- The Washington Times - Tuesday, January 5, 2010


Spain protests bar on official

MADRID | Spain said it summoned the Cuban ambassador Monday to protest Havana’s “unjustified” refusal to allow a Spanish member of the European Parliament to enter the communist island.

Socialist Luis Yanez was denied entry to Cuba late Sunday when he arrived in Havana from Spain, the foreign ministry said.

Spain’s secretary of state for Latin America, Juan Pablo de la Iglesia, called the Cuban ambassador in Spain in order to seek the appropriate explanation, the ministry said.

Mr. Yanez, 66, is head of the European Parliament’s committee on relations with the South American trade bloc Mercosur.

A source at Spain’s ruling Socialist Party said he had traveled to Cuba in a small plane accompanied by his wife, Spanish legislator Carmen Hermosin, who was given permission to enter the country. Both returned to Spain on Monday.


Ferrier, first president, dies at 99

PARAMARIBO | Johan Ferrier, the first post-independence president of Suriname, died in the Netherlands on Monday at the age of 99, officials said.

A career teacher-turned-politician, he served as lawmaker, prime minister and governor over the years before becoming president of the small South American country on Nov. 25, 1975.

Mr. Ferrier resigned after a 1980 coup by ex-dictator Desi Bouterse, and took his family to the Netherlands.


Mudslide threatens nuclear plant

SAO PAULO | The mayor of a mudslide-devastated city this week urged a precautionary shutdown of Brazil’s only nuclear power plants due to blocked highways while the death toll from flooding and slides rose to 75.

Angra dos Reis Mayor Tuca Jordao said that while the nuclear power plants are not damaged or threatened, mudslides that have killed at least 44 people in his city alone have disrupted escape routes needed to cope with any emergency.

There was no immediate response from higher authorities, but officials of Brazil’s state-run nuclear energy company Electronuclear said a temporary closure of the plants would not seriously hurt the country’s power supply, according to Globo TV.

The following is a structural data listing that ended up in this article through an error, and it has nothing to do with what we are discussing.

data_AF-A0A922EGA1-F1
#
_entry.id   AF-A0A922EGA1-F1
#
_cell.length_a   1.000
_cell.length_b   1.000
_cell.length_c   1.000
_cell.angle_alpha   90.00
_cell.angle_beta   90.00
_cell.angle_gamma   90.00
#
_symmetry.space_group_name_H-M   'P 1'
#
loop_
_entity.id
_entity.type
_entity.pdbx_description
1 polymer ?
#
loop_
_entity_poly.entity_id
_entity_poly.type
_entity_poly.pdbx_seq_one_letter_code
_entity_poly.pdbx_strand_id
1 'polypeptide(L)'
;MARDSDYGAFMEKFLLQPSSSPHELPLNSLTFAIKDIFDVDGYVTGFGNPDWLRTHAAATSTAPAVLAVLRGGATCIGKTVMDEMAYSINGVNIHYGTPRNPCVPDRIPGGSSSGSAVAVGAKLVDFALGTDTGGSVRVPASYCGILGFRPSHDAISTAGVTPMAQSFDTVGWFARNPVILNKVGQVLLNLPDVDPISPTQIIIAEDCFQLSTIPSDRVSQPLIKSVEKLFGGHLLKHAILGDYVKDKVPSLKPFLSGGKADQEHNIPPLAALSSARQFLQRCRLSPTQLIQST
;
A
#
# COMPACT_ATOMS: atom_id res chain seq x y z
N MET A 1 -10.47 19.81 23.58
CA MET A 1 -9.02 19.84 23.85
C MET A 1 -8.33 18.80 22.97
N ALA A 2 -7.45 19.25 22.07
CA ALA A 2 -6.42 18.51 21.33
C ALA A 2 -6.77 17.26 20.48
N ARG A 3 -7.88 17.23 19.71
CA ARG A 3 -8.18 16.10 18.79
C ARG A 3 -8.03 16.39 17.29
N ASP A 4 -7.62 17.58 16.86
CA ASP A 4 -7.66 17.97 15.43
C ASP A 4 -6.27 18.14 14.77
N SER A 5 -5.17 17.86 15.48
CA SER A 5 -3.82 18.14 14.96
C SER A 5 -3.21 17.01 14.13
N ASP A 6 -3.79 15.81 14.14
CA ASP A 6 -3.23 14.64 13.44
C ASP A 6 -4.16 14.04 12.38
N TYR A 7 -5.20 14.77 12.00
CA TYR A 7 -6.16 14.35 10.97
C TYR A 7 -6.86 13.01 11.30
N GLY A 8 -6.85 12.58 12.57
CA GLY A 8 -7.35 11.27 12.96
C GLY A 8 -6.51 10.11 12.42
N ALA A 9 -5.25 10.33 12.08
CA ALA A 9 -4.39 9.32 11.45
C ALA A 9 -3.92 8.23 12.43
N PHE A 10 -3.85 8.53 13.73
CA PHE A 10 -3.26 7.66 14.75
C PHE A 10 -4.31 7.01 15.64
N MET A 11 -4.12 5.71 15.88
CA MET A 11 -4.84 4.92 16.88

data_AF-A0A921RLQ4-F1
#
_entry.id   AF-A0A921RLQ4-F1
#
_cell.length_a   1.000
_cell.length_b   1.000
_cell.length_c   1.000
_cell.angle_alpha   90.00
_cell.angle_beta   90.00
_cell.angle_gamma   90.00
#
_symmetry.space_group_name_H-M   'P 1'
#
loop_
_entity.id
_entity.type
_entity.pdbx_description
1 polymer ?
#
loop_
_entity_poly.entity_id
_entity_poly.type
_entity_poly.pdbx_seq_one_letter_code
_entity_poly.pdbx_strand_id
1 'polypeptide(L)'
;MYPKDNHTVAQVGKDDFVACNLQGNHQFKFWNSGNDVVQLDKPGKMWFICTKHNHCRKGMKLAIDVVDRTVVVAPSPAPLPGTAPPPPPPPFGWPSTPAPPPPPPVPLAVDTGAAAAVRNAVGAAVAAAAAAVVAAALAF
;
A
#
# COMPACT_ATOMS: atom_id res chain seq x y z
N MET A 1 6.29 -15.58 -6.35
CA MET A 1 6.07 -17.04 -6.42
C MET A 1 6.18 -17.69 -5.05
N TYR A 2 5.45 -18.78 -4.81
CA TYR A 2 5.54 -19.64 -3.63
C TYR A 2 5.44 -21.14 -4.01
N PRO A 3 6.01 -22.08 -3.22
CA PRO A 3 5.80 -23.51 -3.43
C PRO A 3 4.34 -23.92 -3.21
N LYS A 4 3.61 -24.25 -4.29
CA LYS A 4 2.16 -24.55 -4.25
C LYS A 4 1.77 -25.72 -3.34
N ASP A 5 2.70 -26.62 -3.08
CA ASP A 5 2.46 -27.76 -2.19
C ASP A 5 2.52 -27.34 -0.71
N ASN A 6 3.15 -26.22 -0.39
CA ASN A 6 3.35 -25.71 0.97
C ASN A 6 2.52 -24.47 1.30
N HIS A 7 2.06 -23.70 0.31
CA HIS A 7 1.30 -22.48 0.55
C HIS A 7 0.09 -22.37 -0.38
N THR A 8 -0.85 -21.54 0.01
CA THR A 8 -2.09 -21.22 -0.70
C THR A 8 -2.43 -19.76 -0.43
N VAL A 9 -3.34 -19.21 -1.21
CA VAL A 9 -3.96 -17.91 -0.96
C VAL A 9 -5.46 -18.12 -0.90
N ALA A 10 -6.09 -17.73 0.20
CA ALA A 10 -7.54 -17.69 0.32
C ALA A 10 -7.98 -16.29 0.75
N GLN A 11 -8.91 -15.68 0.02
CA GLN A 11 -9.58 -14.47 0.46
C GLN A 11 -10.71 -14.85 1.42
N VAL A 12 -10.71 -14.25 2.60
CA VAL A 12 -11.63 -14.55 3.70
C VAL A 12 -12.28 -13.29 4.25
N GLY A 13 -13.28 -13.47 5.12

Santeria priests see unrest in 2010

HAVANA | A panel of Afro-Cuban priests known as Santeria are predicting a year of social and political unrest, struggles for power, treachery and coups d’etat, and they say the world will see the death of an inordinate number of political leaders in 2010.

In the forecast announced Saturday, they recommended older leaders move aside and make room for the young, a politically delicate statement in a country that has been led by brothers Fidel and Raul Castro for more than half a century.

“The older generations should pass their experience on to young people because times change, and the younger generation is better prepared,” said Victor Bentancourt, one of the island’s leading Santeria priests, or babalawos. “Time is growing short” for such a change.

The priests announced their forecast after a secretive New Year’s Eve ritual in which they performed religious chants and sacrificed chickens, goats and other animals.

A rival Santeria group, which enjoys official sanction from the government, came out with its own predictions later Saturday, saying 2010 would be a year of improving health.

Santeria, which mixes Catholicism with the traditional African Yoruba faith, is followed by many people in Cuba, where about a third of the 11.2 million population is of African descent.

From wire dispatches and staff reports



Click to Read More

Click to Hide